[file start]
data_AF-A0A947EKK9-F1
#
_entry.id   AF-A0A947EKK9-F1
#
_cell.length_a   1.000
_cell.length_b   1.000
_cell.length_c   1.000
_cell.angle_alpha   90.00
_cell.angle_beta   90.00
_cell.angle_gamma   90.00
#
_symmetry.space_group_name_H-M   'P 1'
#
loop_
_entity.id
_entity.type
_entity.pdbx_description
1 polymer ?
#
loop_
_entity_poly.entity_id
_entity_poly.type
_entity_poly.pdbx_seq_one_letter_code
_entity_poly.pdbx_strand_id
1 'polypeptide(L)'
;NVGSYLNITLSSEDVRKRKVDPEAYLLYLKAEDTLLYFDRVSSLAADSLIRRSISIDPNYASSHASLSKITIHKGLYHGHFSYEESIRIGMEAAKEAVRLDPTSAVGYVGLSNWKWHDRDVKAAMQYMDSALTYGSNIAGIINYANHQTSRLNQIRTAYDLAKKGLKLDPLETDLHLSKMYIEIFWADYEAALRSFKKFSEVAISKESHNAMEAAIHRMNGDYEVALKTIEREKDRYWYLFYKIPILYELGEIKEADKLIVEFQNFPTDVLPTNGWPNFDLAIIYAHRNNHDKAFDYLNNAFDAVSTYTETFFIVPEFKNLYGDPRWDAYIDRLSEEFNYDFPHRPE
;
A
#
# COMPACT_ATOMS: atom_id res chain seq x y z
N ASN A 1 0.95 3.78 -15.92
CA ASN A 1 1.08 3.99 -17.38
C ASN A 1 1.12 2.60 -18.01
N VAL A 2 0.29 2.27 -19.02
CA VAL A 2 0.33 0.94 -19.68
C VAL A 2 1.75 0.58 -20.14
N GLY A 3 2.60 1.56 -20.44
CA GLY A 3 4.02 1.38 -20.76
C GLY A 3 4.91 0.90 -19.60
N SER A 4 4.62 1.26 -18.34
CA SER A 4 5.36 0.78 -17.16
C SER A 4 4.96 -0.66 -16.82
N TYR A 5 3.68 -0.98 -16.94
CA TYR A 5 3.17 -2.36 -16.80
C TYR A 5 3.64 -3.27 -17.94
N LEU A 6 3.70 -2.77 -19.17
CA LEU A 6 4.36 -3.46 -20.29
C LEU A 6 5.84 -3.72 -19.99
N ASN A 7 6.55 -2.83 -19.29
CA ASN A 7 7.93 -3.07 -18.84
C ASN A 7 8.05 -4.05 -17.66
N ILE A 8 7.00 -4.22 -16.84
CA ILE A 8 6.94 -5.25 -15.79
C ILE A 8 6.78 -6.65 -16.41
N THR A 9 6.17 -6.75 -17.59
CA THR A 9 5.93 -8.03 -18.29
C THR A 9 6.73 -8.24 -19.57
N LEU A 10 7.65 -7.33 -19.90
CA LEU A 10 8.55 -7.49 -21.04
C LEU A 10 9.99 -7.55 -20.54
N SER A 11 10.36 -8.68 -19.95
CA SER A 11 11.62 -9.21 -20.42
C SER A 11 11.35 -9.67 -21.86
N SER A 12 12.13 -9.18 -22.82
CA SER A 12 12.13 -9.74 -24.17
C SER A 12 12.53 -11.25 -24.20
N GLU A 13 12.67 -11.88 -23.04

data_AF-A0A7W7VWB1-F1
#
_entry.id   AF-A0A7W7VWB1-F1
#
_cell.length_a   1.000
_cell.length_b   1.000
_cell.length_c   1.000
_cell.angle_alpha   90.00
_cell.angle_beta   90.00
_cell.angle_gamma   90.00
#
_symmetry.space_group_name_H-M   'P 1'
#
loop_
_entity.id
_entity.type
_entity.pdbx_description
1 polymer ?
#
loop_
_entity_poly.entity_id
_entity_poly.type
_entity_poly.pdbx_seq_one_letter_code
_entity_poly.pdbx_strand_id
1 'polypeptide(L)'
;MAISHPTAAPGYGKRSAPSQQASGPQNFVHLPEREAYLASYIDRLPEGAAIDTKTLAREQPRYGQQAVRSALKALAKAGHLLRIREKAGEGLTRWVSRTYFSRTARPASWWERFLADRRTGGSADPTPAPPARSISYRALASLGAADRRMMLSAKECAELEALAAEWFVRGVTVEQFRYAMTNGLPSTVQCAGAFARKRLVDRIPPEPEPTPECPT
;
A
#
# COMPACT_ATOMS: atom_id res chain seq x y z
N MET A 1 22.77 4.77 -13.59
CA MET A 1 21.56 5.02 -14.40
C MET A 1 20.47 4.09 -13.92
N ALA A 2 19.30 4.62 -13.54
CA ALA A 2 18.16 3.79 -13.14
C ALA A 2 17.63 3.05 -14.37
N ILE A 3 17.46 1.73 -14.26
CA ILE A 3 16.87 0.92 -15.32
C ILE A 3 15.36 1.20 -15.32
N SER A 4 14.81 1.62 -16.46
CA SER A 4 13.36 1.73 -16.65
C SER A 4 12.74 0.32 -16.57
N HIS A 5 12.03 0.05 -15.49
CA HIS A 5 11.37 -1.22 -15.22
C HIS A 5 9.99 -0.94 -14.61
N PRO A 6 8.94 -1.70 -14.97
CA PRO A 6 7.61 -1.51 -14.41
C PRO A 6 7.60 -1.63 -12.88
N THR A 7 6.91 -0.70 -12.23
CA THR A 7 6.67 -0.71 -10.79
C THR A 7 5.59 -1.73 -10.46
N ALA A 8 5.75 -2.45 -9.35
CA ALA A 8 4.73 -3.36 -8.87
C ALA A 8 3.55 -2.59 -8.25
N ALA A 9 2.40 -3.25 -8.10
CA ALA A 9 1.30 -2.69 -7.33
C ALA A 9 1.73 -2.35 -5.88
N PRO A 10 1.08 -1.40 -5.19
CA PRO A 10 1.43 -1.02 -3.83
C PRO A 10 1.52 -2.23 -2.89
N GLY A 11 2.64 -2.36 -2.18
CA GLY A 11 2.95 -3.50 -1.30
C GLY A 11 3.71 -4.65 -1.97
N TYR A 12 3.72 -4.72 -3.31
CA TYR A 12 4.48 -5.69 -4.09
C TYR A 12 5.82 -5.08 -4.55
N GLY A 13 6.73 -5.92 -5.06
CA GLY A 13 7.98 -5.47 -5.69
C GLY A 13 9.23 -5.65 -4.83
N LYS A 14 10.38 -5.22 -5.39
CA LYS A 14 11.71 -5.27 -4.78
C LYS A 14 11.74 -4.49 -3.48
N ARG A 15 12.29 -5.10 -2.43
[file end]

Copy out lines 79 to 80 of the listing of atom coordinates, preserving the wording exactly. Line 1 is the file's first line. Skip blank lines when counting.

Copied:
_symmetry.space_group_name_H-M   'P 1'
#